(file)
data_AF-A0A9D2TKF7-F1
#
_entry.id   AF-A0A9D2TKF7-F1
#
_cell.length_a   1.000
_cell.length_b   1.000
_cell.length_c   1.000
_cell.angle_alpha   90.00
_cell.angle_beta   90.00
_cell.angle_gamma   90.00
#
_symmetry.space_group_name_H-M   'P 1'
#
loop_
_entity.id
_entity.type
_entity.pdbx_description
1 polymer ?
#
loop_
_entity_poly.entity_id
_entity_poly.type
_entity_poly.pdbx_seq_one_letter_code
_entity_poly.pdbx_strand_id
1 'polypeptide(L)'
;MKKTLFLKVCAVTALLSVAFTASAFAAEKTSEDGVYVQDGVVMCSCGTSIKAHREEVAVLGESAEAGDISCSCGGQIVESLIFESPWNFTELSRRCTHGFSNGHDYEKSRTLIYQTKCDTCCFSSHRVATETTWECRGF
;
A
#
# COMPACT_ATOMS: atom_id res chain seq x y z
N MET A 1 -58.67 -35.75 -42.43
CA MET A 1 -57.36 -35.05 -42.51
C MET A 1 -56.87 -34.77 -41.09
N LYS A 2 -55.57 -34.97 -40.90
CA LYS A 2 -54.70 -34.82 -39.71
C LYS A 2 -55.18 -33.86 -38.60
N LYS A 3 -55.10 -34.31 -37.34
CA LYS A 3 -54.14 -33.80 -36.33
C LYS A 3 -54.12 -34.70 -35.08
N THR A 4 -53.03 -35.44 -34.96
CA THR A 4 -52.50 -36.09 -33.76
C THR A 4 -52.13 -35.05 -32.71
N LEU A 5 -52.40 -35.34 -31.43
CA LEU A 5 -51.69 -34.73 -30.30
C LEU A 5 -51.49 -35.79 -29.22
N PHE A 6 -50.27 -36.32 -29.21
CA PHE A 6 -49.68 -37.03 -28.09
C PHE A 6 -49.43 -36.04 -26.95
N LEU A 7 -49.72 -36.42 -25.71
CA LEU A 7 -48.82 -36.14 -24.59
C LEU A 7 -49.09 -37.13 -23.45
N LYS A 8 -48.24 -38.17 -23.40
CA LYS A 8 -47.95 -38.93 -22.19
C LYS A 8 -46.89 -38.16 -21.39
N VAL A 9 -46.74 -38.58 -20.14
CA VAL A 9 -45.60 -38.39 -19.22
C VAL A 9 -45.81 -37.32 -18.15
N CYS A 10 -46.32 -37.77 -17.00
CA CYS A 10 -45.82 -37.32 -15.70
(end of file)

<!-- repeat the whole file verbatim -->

data_AF-A0A9D2TKF7-F1
#
_entry.id   AF-A0A9D2TKF7-F1
#
_cell.length_a   1.000
_cell.length_b   1.000
_cell.length_c   1.000
_cell.angle_alpha   90.00
_cell.angle_beta   90.00
_cell.angle_gamma   90.00
#
_symmetry.space_group_name_H-M   'P 1'
#
loop_
_entity.id
_entity.type
_entity.pdbx_description
1 polymer ?
#
loop_
_entity_poly.entity_id
_entity_poly.type
_entity_poly.pdbx_seq_one_letter_code
_entity_poly.pdbx_strand_id
1 'polypeptide(L)'
;MKKTLFLKVCAVTALLSVAFTASAFAAEKTSEDGVYVQDGVVMCSCGTSIKAHREEVAVLGESAEAGDISCSCGGQIVESLIFESPWNFTELSRRCTHGFSNGHDYEKSRTLIYQTKCDTCCFSSHRVATETTWECRGF
;
A
#
# COMPACT_ATOMS: atom_id res chain seq x y z
N MET A 1 -58.67 -35.75 -42.43
CA MET A 1 -57.36 -35.05 -42.51
C MET A 1 -56.87 -34.77 -41.09
N LYS A 2 -55.57 -34.97 -40.90
CA LYS A 2 -54.70 -34.82 -39.71
C LYS A 2 -55.18 -33.86 -38.60
N LYS A 3 -55.10 -34.31 -37.34
CA LYS A 3 -54.14 -33.80 -36.33
C LYS A 3 -54.12 -34.70 -35.08
N THR A 4 -53.03 -35.44 -34.96
CA THR A 4 -52.50 -36.09 -33.76
C THR A 4 -52.13 -35.05 -32.71
N LEU A 5 -52.40 -35.34 -31.43
CA LEU A 5 -51.69 -34.73 -30.30
C LEU A 5 -51.49 -35.79 -29.22
N PHE A 6 -50.27 -36.32 -29.21
CA PHE A 6 -49.68 -37.03 -28.09
C PHE A 6 -49.43 -36.04 -26.95
N LEU A 7 -49.72 -36.42 -25.71
CA LEU A 7 -48.82 -36.14 -24.59
C LEU A 7 -49.09 -37.13 -23.45
N LYS A 8 -48.24 -38.17 -23.40
CA LYS A 8 -47.95 -38.93 -22.19
C LYS A 8 -46.89 -38.16 -21.39
N VAL A 9 -46.74 -38.58 -20.14
CA VAL A 9 -45.60 -38.39 -19.22
C VAL A 9 -45.81 -37.32 -18.15
N CYS A 10 -46.32 -37.77 -17.00
CA CYS A 10 -45.82 -37.32 -15.70